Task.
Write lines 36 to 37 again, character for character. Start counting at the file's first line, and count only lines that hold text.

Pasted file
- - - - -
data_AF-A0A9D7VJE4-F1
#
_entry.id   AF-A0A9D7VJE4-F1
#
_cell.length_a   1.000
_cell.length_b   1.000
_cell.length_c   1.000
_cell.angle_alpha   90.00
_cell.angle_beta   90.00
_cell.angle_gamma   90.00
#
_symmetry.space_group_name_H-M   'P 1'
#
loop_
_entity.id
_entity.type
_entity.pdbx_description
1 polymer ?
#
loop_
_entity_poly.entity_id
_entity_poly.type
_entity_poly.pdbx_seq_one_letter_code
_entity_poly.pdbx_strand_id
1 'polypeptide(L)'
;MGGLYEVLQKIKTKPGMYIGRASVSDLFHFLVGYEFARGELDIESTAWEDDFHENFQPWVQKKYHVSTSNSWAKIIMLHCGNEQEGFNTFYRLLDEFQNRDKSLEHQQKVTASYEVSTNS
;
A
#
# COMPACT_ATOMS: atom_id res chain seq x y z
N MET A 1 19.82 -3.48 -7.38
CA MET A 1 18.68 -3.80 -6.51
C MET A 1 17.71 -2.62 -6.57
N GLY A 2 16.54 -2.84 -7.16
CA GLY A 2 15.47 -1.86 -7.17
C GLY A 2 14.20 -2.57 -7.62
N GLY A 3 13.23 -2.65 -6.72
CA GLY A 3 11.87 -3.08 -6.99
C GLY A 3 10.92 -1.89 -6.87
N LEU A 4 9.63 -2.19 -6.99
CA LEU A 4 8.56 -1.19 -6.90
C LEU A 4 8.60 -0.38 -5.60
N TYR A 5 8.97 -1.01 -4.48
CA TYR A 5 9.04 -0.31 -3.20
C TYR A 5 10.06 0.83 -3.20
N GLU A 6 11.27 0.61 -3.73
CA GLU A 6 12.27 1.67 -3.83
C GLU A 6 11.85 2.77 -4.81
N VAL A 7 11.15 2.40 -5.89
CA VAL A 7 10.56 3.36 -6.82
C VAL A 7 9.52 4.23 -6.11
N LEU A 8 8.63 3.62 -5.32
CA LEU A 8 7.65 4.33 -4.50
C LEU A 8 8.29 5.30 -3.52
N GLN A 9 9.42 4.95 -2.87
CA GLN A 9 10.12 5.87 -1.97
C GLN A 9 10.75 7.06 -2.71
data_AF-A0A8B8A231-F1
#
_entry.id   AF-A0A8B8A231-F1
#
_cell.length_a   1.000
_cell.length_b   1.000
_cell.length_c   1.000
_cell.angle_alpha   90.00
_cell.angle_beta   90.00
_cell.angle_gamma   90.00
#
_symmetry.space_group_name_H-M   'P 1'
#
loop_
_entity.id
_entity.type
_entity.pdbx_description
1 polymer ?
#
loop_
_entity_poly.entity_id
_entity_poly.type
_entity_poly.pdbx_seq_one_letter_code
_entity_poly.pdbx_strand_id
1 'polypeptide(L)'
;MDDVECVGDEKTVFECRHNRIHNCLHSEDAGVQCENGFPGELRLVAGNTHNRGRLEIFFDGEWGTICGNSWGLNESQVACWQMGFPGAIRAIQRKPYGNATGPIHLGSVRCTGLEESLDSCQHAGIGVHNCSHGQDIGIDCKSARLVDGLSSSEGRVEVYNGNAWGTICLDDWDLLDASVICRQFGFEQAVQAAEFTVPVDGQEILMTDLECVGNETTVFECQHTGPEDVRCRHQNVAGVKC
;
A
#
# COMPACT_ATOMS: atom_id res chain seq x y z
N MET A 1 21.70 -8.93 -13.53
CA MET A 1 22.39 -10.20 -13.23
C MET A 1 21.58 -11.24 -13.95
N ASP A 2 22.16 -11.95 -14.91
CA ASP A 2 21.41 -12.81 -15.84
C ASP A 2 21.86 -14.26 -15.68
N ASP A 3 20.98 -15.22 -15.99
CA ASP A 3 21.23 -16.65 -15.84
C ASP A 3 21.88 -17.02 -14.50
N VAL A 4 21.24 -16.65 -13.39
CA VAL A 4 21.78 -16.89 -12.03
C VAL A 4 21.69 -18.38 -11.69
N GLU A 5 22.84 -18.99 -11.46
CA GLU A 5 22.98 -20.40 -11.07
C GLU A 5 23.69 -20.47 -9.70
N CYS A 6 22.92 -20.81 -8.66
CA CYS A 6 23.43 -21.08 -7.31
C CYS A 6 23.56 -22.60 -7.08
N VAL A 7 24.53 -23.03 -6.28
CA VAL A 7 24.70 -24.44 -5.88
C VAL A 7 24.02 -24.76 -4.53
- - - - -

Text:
C GLY A 2 14.20 -2.57 -7.62
N GLY A 3 13.23 -2.65 -6.72